1. Joanna

    This is why, in my opinion, the entire concept of destination weddings is incredibly self-centered and rude. Going somewhere is typically what the honeymoon is for. Asking friends and family to drop big money on airfare and hotel accomodations for YOUR big day — and on top of it, to buy you a gift — is mighty presumptuous in my eyes. Yes, of course, guests have the option of declining. But if it’s family or close friends, they might feel a bit awkward about doing that, even if finances or other circumstances really do prevent their easily attending, and then wind up suffering because of it.

    I was out of work due to serious illness at the time a good friend was getting married across the country. While on the surface you’d think that I would have had a good solid excuse for not attending, my friend initially did not take it well. I was truly wondering if the friendship would survive. Luckily it did, but I’m sure there are many situations where sadly it doesn’t,.

  2. Cyra

    Destination weddings are tricky. I understand why couples do them–who hasn’t dreamed of a wedding in some gorgeous location?–but I think there are two things a couple considering such a wedding should absolutely consider:

    1. It’s likely going to be small. 200 people are not going to fly across the world to see you get married unless you run in wealthy circles.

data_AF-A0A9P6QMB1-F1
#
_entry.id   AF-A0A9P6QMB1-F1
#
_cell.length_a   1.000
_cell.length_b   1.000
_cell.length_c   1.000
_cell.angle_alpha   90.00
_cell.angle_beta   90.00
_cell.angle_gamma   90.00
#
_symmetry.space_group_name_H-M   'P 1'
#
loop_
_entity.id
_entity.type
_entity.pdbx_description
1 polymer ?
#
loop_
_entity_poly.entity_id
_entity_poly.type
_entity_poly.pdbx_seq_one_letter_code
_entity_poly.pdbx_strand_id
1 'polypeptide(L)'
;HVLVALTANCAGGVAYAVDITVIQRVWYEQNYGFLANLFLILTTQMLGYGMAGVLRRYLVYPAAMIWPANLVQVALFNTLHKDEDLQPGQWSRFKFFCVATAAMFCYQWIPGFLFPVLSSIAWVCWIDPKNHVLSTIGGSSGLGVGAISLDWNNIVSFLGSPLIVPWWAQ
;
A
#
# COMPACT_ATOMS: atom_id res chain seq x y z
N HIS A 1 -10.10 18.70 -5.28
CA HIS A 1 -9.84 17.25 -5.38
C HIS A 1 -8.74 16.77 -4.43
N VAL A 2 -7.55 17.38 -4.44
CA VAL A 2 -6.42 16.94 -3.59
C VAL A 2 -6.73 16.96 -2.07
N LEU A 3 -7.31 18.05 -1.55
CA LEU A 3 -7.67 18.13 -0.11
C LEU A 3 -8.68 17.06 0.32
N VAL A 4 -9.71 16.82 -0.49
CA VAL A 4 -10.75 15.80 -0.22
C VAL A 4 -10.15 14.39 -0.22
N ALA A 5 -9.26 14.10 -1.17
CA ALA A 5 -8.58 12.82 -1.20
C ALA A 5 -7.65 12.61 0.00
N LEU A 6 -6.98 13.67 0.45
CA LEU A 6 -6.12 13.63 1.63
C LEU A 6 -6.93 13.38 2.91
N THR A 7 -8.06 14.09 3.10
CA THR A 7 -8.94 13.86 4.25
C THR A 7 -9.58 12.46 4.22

2. If there are people you absolutely must have at your wedding, having an honest conversation about whether they will be able to attend is essential. You are absolutely not allowed to get mad at someone–even if it’s your mom!–if they cannot afford to attend your wedding. If it will ruin your day to not have them there, pay for them to come.

  3. Karen Eiffel

    I am pro-destination wedding. It’s easy to think of your own financial difficulties but the bride and groom may be thinking of other people’s financial difficulties and desire to attend the wedding as well. My relatives live in Nevada/Arizona, basically the American Southwest, and his relatives live in Oregon/Idaho/Montana, basically the American Northwest, with comparable means. We plan to have our wedding in San Francisco, that is a destination wedding, but we are reaching a compromise by having it somewhere that has both personal significance for us and unfairly favors neither one side nor the other.

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